''... We have been extremely fortunate to hit the jack-pot, as far as motor-bike tours go.''
... we had completed our magical mystery tour safely, made new friends along the way, and had an absolute blast! We cannot sing the praises of Clutch Moto Tours, and especially Rozle Verhovc highly enough.''
Location: Albania 172 km, Bosnia and Herzegovina 225 km, Croatia 25 km, Kosovo 79 km, Serbia 124 km
Border Countries: Croatia 932 km, Montenegro 249 km, Serbia 357 km
Area: 13,812 sq km (slightly smaller than Connecticut)
Capital City: Podgorica (population 151.000)
Religions: Orthodox 74.2%, Muslim 17.7%, Catholic 3.5%, other 0.6%, unspecified 3%, atheist 1%
Government type: republic
Coastline: 293.5 km
Highest point: Bobotov Kuk 2,522 m
Roadways: 7,624 km
Time difference: UTC+1 (6 hours ahead of Washington, DC during Standard Time)
National currency: Euro
International dialing number: +382
Electricity: 220V, 50Hz
Visa: For visitors from most countries (EU, USA, etc) a visa is not needed. Only a valid passport is required
Mediterranean climate, hot dry summers and autumns and relatively cold winters with heavy snowfalls inland
Mountains and valleys
Serbian 63.6%, Montenegrin (official) 22%, Bosnian 5.5%, Albanian 5.3%, unspecified (includes Croatian) 3.7%
Montenegrin 43%, Serbian 32%, Bosniak 8%, Albanian 5%, other (Muslims, Croats, Roma (Gypsy)) 12%
The use of the name Crna Gora (Montenegro) began in the 13th century in reference to a highland region in the Serbian province of Zeta. The later medieval state of Zeta maintained its existence until 1496 when Montenegro finally fell under Ottoman rule. Over subsequent centuries, Montenegro, while a part of the Ottoman Empire, was able to maintain a level of autonomy. From the 16th to 19th centuries, Montenegro was a theocracy ruled by a series of bishop princes; in 1852, it was transformed into a secular principality. Montenegro was recognized as an independent sovereign principality at the Congress of Berlin in 1878. After World War I, during which Montenegro fought on the side of the Allies, Montenegro was absorbed by the Kingdom of Serbs, Croats, and Slovenes, which became the Kingdom of Yugoslavia in 1929; at the conclusion of World War II, it became a constituent republic of the Socialist Federal Republic of Yugoslavia. When the latter dissolved in 1992, Montenegro federated with Serbia, first as the Federal Republic of Yugoslavia and, after 2003, in a looser State Union of Serbia and Montenegro. In May 2006, Montenegro invoked its right under the Constitutional Charter of Serbia and Montenegro to hold a referendum on independence from the state union. The vote for severing ties with Serbia barely exceeded 55% - the threshold set by the EU - allowing Montenegro to formally restore its independence on 3 June 2006.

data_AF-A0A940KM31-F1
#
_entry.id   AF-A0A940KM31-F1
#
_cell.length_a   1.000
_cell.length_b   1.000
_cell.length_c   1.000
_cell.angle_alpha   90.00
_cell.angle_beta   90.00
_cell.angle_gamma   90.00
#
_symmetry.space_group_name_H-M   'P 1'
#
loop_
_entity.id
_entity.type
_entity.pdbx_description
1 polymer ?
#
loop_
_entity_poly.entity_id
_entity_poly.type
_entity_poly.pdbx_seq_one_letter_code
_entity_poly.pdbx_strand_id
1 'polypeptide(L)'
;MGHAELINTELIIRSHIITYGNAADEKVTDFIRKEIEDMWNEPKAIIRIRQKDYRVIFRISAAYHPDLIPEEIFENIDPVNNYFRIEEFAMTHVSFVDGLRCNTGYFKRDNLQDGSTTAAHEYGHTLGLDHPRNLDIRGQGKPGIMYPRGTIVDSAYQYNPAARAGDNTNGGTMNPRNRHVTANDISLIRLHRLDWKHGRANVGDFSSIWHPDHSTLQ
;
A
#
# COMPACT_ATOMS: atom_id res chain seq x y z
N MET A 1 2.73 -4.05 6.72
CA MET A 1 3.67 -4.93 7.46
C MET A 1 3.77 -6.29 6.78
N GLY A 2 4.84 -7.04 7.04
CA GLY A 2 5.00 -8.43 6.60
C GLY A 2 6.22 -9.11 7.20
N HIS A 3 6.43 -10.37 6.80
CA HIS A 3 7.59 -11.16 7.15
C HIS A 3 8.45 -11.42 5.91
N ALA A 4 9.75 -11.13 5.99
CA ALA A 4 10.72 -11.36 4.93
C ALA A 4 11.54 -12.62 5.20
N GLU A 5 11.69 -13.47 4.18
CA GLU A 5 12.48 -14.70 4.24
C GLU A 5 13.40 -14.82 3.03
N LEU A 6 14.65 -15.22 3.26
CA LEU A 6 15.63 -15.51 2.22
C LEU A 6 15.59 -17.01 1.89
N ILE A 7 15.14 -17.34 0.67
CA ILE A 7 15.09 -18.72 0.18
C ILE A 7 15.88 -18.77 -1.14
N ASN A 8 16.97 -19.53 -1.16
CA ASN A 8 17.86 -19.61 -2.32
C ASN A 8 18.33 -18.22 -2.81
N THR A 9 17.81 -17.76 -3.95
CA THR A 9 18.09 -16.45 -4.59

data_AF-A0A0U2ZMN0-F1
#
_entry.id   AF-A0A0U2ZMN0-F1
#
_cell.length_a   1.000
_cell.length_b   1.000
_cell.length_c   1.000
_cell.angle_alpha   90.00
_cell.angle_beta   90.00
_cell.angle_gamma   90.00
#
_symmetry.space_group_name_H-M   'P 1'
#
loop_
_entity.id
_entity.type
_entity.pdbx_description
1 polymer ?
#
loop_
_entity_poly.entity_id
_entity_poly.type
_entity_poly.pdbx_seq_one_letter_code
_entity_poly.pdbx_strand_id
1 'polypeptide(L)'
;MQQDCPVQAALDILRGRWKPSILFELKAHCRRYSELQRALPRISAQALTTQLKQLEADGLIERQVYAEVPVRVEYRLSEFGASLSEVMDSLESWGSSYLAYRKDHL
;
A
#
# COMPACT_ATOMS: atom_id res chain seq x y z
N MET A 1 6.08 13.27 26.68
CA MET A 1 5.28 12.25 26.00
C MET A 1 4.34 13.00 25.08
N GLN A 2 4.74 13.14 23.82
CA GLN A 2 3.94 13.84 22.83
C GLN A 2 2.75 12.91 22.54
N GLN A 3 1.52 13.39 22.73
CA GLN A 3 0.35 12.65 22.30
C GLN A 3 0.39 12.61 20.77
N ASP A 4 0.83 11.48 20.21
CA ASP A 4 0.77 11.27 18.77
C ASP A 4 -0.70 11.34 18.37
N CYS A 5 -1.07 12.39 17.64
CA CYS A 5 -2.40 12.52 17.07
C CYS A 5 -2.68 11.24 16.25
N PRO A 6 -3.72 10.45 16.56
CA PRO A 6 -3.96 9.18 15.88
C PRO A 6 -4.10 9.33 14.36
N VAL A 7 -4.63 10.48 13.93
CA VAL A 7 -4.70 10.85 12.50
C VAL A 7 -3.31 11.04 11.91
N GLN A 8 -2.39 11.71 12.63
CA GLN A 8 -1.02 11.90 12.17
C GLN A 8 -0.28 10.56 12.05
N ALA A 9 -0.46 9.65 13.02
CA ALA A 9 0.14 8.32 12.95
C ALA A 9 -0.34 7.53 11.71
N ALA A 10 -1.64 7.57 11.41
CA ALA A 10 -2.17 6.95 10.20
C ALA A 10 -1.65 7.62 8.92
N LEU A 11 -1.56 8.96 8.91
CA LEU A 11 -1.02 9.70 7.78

Montenegro's economy is transitioning to a market system, but the state sector remains large and additional institutional changes are needed. The economy relies heavily on tourism and the export of refined metals. Unprofitable state-owned enterprises weigh on public finances. Montenegro severed its economy from federal control and from Serbia during the MILOSEVIC era and maintained its own central bank, adopted the deutsch mark, then the euro - rather than the Yugoslav dinar - as official currency, collected customs tariffs, and managed its own budget. The dissolution of the loose political union between Serbia and Montenegro in 2006 led to separate membership in several international financial institutions, such as the European Bank for Reconstruction and Development. In January 2007, Montenegro joined the World Bank and IMF. Montenegro became the 156th member of World Trade Organization in December 2011. The European Council (EC) granted candidate country status to Montenegro at the December 2010 session. Montenegro began negotiations to join the EC in June, 2012, having met the conditions set down by the European Council, which called on Montenegro to take steps to fight corruption and organized crime. Unemployment and regional disparities in development are key political and economic problems. Montenegro has privatized its large aluminum complex - the dominant industry - as well as most of its financial sector, and has begun to attract foreign direct investment in the tourism sector. The global financial crisis had a significant negative impact on the economy, due to the ongoing credit crunch, a decline in the real estate sector, and a fall in aluminum exports. In 2012, real GDP growth slipped to 0.2%, reflecting the general downturn in most of Europe.
A red field bordered by a narrow golden-yellow stripe with the Montenegrin coat of arms centered; the arms consist of a double-headed golden eagle - symbolizing the unity of church and state - surmounted by a crown; the eagle holds a golden scepter in its right claw and a blue orb in its left; the breast shield over the eagle shows a golden lion passant on a green field in front of a blue sky; the lion is symbol of Episcopal authority and harks back to the three and a half centuries that Montenegro was ruled as a theocracy.